Many people come to meditation to experience relaxation, relief from the stresses of life, or to feel better. Though meditation doesn’t guarantee you’ll feel a certain way or never have a bad day, I can definitely say that it transforms how you relate to life’s challenges. This is where the Relaxation Response comes in.

    The Relaxation Response is a state of low arousal, reduced blood pressure and lower oxygen consumption. You can think of it as the opposite of the fight-or-flight mode, our in-built animal response to perceived threats. We remain cool and centred in the midst of chaos.

    At Harvard in the 1970s, Dr Herbert Benson proved that Transcendental Meditation induces the Relaxation Response, and he coined the term for it. He also noticed that contemplative traditions all have a way of producing this response in practitioners.

    With meditation training, the Relaxation Response can become a home for us, no matter what is occuring at the time. We don’t need to be sitting quietly.

    Blood Pressure

    Dovetailing nicely with Benson’s work, let’s look briefly at a well-designed study on African-American men who were suffering from kidney disease. Note that African-Americans are particularly vulnerable to hypertension and cardiac disease.

    Just 14 minutes of mindfulness practice lowered the metabolic patterns that lead to these diseases. This is evidence of changes in blood pressure among a group of complete newbies.


    Meditation has also been found to help alleviate the common skin condition called psoriasis, which leaves the skin dry and flaky.

    According to the 2019 World Psoriasis survey, 1.7% of the UK population and 1.4% of high-income North America suffer from it.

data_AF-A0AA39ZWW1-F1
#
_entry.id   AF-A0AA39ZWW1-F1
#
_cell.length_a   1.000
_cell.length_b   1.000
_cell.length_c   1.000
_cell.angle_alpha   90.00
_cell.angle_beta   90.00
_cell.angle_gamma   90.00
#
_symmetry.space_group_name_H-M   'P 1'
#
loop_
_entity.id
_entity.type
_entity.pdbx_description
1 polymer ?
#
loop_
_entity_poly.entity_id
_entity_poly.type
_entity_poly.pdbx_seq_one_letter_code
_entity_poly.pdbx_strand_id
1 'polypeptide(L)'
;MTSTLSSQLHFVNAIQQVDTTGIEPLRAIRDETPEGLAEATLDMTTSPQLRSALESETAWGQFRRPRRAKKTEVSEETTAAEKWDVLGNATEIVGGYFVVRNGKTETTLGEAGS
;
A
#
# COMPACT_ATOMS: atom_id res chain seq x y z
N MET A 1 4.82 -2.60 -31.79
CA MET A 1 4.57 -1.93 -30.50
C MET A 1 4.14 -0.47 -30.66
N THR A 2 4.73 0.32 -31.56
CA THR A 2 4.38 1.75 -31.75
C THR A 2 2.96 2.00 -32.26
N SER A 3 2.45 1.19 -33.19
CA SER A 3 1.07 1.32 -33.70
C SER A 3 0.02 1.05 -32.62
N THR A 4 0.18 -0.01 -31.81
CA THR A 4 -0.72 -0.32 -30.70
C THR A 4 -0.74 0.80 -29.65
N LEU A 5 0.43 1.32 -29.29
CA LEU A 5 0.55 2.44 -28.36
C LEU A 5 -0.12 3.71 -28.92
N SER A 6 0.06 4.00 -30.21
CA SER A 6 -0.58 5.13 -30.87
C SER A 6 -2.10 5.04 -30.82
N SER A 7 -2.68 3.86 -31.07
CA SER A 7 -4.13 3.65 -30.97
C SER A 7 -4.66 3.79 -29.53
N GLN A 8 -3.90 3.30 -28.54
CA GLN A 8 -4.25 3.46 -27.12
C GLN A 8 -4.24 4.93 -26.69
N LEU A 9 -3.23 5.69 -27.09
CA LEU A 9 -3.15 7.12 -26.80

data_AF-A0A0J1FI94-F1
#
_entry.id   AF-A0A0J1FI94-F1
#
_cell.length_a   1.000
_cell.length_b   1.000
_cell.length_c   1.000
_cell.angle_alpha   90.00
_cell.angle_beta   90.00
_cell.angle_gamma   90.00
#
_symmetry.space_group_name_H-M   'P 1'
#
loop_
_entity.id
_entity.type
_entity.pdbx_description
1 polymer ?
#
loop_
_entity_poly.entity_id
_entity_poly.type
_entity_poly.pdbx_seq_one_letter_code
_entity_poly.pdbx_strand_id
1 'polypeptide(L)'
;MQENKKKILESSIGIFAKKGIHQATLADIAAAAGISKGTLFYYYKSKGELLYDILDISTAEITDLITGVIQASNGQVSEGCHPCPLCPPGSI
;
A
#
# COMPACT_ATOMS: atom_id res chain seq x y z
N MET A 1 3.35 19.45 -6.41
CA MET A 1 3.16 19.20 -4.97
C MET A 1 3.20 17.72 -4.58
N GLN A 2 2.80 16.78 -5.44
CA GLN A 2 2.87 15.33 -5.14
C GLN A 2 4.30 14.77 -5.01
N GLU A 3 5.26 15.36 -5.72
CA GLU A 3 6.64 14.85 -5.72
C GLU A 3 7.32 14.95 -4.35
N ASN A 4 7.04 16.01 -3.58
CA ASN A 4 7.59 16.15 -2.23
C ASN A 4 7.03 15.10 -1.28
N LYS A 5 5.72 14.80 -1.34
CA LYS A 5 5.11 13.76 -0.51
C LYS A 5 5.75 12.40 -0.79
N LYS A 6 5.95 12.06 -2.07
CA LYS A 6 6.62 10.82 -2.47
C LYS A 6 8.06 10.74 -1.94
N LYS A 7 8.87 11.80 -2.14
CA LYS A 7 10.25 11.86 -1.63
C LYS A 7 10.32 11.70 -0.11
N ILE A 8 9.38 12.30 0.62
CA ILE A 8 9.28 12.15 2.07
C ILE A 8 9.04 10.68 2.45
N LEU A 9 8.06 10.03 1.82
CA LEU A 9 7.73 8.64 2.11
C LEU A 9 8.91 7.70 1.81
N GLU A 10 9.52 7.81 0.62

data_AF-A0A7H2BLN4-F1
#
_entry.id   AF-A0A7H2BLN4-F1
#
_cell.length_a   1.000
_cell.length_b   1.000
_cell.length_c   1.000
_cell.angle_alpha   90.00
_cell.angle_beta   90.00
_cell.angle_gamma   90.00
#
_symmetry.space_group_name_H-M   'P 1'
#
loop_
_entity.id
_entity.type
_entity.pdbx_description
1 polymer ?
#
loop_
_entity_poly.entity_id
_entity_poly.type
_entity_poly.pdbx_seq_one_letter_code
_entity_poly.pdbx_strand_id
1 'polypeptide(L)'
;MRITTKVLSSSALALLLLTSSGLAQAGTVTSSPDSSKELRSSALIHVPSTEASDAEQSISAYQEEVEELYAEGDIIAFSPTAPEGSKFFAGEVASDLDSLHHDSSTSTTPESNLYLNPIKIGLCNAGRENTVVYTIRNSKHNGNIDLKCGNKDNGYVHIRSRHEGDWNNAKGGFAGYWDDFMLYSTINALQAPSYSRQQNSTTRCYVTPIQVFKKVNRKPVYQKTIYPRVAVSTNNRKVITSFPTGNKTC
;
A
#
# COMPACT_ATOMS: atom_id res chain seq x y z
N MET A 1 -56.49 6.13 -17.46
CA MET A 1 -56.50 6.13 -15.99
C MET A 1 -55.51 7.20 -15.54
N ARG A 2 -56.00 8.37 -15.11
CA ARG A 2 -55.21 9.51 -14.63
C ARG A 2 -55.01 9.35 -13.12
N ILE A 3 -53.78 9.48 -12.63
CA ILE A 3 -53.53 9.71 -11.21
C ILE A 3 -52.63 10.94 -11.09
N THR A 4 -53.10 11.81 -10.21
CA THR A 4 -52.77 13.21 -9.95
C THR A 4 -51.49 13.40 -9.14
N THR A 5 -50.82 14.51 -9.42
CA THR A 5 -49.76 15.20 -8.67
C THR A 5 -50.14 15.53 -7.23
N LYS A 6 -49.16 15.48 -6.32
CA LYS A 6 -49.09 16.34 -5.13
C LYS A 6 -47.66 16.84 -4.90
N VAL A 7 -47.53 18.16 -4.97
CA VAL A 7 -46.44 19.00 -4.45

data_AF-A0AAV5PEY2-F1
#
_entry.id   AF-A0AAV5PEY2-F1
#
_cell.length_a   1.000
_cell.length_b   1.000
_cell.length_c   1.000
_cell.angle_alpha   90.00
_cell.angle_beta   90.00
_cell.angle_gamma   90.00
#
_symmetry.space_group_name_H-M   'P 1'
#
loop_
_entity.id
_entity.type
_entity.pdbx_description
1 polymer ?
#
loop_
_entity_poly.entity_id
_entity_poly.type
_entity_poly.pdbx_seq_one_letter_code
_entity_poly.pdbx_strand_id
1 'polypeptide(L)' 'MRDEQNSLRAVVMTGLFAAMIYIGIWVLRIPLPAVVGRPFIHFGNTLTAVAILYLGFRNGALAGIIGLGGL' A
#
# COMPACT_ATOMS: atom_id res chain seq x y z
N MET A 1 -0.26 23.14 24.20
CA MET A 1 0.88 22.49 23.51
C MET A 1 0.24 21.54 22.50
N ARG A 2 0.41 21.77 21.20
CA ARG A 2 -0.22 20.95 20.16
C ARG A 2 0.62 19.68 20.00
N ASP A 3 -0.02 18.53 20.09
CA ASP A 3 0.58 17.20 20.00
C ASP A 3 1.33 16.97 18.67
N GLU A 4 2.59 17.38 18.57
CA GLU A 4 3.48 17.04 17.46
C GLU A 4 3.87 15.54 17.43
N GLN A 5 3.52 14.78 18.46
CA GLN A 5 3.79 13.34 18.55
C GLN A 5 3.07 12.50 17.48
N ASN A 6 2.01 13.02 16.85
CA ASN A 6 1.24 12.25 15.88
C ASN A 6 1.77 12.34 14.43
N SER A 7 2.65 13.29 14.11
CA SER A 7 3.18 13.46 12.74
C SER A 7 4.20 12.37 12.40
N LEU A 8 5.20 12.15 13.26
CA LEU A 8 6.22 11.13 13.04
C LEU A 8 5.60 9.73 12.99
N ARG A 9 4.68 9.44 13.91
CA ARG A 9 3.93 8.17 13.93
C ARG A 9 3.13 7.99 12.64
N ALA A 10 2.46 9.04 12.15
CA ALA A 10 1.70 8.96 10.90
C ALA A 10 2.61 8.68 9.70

There are several potential causes of psoriasis, including genetics and lifestyle factors, like smoking, alcohol and stress. It also fluctuates according to several factors, including emotional wellbeing.

    In a 1998 study, psioriasis cleared four times more quickly in sufferers who practiced a blend of visualising and mindfulness while receiving treatment than it did in the control group. The meditating group only did these exercises during treatment, not at any other time.

    Though this psioriasis study had some design flaws, the results are intriguing. Why did meditating during treatment help to alleviate a skin condition? What does this tell us about the causes of psoriasis? Could mindfulness help alleviate other psychosomatic illnesses?

    Immune Response

    Meditation has also been shown to strengthen the immune system, which protects the body against harmful antibodies to prevent disease and illness. Natural-killer cells play a key role in immune response.

    And the immune system is affected by our wellbeing. Natural-killer activity drops during stressful life situations, including exams, loneliness, separation, divorce, and caring for loved ones, reducing our resistance to disease.

    Here’s where meditation comes in. Employees in a high-stress corporate setting who took an eight-week mindfulness course showed much higher antibody response to a flu jab than controls on a waiting list. This response correlated with the level of activity in their prefrontal cortices.

    These physiological changes are intriguing, and I’m excited to see what further research will unearth.

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    The Science Behind Meditation: Attention

    Let’s turn our attention to… attention itself. This is the key to almost all meditation – in it we train several core attention skills.

    This is no surprise. For millennia, sophisticated meditation systems the world over have documented the systematic training of attention through meditation. In all honesty, modern science is late to the party.